19 March 2021

Indigenous community to breathe new life into Yarramundi Cultural Centre

| Ian Bushnell
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The Yarramundi Cultural Centre

The Yarramundi Cultural Centre is set to become a more prominent facility for Indigenous culture. Photo: Ian Bushnell.

Plans to convert the Yarramundi Cultural Centre by Lake Burley Griffin into a more permanent and community-run base for Aboriginal and Torres Strait Islander culture and enterprises are moving ahead.

Sydney-based Aboriginal-owned consultancy Thirriwirri will assist the Aboriginal and Torres Strait Islander Elected Body and the community to develop a range of uses for the centre and a central role for it in representing Indigenous culture.

At present, the centre at Yarramundi Reach is managed by the ACT Government. It houses an art gallery run by an Aboriginal corporation that has been a long-term tenant, and a hall and meeting space that is used from time to time by government and individual organisations.

Chair of the Elected Body Katrina Fanning said the community-driven process would help determine what governance the facility needs and what options for cultural, heritage and tourism activities, as well as social and business enterprises, would fit.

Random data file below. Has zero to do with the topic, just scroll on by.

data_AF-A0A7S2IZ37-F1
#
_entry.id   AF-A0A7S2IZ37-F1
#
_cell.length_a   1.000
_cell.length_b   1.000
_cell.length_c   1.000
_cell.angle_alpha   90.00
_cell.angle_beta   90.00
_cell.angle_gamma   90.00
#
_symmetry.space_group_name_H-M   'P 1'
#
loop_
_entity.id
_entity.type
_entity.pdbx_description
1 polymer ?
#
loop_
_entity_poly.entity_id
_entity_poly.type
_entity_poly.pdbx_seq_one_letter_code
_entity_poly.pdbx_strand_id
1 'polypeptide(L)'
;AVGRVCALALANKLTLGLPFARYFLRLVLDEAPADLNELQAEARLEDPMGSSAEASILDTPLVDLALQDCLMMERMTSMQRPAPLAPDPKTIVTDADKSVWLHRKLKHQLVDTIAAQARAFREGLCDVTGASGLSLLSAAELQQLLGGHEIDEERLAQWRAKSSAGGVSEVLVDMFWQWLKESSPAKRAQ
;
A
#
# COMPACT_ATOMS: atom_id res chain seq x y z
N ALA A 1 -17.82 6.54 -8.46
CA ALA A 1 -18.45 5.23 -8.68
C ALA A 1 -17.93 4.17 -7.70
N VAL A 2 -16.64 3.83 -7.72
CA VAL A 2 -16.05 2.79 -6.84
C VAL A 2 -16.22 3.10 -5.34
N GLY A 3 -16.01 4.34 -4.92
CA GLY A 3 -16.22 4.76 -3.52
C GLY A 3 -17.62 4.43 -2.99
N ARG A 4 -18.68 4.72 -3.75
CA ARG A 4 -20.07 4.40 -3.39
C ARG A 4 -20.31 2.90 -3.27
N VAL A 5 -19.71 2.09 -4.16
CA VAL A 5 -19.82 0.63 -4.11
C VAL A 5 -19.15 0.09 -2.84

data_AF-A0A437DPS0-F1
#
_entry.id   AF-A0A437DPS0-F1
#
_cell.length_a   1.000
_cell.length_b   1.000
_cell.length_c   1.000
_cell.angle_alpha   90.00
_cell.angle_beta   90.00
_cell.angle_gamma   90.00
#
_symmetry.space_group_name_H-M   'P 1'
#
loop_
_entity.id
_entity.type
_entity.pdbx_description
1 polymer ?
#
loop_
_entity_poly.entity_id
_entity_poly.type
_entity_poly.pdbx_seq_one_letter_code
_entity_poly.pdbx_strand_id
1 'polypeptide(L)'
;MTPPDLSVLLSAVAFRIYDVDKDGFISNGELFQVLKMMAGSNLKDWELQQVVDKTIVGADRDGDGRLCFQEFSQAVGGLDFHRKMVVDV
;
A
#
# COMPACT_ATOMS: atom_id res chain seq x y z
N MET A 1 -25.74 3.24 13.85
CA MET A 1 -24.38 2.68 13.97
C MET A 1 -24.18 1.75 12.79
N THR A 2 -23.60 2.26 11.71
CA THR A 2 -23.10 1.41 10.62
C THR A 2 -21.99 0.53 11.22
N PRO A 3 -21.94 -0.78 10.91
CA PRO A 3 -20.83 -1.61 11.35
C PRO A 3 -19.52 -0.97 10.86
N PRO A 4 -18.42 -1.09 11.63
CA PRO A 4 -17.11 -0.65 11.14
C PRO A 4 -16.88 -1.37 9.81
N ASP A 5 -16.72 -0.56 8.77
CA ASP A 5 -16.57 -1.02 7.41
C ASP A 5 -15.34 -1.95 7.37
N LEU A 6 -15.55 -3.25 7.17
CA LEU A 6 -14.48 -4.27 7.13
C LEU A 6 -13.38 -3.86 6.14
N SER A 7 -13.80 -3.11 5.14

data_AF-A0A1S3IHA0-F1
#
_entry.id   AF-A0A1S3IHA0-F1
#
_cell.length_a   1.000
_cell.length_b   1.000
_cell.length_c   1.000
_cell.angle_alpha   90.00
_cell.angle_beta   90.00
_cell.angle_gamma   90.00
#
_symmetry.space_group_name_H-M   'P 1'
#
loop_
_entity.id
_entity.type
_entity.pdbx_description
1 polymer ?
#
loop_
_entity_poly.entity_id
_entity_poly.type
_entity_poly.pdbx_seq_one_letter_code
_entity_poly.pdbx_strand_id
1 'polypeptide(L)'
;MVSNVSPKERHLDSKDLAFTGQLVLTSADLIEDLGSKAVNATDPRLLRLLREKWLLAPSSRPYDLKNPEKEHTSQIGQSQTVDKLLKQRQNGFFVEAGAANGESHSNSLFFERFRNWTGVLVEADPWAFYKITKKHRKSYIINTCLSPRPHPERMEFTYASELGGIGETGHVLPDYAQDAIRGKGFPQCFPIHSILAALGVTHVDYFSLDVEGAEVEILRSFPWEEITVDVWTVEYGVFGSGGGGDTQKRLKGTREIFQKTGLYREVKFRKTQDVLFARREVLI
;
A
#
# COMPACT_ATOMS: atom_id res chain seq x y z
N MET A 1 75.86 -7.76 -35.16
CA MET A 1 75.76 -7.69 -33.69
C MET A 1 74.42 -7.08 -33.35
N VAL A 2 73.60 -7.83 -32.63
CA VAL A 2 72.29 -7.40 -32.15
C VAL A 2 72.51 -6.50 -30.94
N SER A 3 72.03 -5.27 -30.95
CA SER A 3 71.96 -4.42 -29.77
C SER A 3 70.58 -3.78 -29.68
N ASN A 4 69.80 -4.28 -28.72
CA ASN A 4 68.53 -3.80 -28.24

Ms Fanning said the process was about being realistic about the centre’s potential and not just presenting a wish list.

“We’ve got some great cultural tourism operators we’d like to be able to give more of a home base to,” she said.

“There’s not really a place in Canberra that holds Ngunnawal specific artefacts, and they’re really keen for some sort of permanent space where visitors can come and find out more about the local history as well.

“The ability for dance and art and those sort of things to be more permanent opportunities out of the site would be a great outcome.”

Katrina Fanning

Katrina Fanning: “We want it to have a more consistent life on a day to day basis in the culture of the city.” Photo: File.

Ms Fanning said use of the site at present was fractured.

“We want it to have a more consistent life on a day-to-day basis in the culture of the city and to share that really historical link to this place,” she said.

She said it was a great asset and the aim was to fully realise its potential. That included plugging into the visitor traffic of the nearby National Arboretum, possibly running immersive activities where people could connect with Aboriginal culture.

She said that because the centre was on Ngunnawal country, it would need quite a distinct representation in management and content.

Any new management would also need to work with the National Capital Authority if it wanted to expand the centre’s facilities or provide parking for coaches.

Ms Fanning said delivering on a commitment of growing more community-controlled organisations and opportunities for service providers or businesses had been a key focus for the Elected Body.

“We think there is more than enough talent in the community; we just have to create the right opportunity for them to shine,” she said.

Thirriwirri is expected to produce a final report by 22 May.

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